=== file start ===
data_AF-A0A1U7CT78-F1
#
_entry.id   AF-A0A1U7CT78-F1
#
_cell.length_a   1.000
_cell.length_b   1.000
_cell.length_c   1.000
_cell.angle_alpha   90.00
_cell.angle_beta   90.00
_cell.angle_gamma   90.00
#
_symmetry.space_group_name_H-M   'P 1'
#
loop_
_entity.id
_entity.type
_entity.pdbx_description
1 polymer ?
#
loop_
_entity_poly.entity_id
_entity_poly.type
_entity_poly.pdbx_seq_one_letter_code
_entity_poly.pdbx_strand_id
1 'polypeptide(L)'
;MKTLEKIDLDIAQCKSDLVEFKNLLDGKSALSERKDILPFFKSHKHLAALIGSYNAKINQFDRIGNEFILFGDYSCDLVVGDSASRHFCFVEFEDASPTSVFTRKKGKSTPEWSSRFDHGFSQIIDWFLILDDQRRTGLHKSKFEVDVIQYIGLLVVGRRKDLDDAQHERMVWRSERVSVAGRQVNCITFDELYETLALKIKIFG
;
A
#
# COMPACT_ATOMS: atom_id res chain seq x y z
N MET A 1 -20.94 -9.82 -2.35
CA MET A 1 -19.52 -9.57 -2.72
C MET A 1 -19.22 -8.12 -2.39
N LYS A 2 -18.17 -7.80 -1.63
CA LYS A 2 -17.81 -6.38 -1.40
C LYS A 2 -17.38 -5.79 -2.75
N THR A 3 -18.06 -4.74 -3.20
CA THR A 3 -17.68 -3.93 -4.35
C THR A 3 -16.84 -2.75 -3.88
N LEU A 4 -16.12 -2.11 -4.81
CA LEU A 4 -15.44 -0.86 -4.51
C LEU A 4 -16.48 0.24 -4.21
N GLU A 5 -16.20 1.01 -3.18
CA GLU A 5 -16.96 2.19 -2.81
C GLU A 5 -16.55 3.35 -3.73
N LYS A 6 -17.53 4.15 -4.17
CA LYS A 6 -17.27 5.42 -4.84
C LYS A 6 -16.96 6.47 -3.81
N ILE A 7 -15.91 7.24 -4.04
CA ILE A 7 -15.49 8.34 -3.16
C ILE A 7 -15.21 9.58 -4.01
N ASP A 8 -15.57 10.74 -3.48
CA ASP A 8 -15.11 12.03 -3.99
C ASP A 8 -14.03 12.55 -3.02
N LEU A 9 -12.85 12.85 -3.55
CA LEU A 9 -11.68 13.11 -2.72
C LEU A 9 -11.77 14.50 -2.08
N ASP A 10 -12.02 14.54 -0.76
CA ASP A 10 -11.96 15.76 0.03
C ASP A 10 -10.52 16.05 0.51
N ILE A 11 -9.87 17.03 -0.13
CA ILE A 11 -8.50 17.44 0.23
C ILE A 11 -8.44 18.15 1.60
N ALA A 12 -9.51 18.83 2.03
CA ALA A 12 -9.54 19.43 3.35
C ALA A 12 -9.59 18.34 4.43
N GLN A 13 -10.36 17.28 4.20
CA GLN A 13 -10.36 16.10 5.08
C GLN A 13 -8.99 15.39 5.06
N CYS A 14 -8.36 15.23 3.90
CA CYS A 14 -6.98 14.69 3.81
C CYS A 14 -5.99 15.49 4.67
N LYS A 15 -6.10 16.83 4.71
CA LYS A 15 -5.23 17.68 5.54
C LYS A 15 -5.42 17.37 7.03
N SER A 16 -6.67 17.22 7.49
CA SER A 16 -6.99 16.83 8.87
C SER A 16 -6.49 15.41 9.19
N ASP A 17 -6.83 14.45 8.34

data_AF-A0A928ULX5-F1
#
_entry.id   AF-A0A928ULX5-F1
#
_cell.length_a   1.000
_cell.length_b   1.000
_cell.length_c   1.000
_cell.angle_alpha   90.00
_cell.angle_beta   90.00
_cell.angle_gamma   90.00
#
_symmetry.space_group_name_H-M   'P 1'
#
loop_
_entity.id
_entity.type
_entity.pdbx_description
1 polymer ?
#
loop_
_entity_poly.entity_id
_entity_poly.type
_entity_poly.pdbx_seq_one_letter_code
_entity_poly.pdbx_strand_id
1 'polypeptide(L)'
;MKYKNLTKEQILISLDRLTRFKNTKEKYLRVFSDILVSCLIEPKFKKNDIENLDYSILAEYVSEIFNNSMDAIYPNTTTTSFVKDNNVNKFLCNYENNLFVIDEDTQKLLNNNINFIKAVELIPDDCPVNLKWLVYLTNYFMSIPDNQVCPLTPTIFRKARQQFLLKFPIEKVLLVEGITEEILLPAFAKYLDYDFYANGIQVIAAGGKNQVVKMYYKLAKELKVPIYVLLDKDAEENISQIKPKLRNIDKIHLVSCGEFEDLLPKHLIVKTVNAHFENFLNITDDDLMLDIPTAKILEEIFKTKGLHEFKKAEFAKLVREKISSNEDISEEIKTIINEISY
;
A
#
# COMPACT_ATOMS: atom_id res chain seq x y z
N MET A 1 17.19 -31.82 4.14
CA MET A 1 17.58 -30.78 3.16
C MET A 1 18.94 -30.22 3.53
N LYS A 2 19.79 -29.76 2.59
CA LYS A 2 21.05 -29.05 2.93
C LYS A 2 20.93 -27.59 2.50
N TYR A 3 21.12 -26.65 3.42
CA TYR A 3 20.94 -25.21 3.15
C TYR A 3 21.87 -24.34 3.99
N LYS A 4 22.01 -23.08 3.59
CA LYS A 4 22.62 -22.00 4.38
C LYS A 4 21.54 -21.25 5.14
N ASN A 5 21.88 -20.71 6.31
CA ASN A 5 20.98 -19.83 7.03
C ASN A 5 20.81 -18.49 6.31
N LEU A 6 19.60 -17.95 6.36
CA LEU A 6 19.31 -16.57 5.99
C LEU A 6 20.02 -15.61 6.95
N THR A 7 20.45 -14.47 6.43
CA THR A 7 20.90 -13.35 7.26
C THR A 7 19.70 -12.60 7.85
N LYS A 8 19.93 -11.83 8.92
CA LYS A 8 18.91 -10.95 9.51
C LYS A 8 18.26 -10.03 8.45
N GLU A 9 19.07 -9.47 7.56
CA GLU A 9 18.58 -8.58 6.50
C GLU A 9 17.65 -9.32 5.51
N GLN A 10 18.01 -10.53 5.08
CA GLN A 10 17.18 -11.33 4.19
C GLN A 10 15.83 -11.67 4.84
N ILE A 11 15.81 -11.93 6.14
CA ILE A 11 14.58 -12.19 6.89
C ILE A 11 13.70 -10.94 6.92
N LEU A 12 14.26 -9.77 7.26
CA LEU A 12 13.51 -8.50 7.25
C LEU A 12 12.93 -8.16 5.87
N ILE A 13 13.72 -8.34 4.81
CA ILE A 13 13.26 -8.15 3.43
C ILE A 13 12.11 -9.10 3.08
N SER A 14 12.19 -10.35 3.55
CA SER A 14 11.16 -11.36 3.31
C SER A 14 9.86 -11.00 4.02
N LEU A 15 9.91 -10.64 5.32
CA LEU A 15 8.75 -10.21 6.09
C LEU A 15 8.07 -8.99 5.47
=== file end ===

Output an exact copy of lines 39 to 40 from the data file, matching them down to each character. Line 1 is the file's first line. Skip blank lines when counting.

C THR A 3 -16.84 -2.75 -3.88
N LEU A 4 -16.12 -2.11 -4.81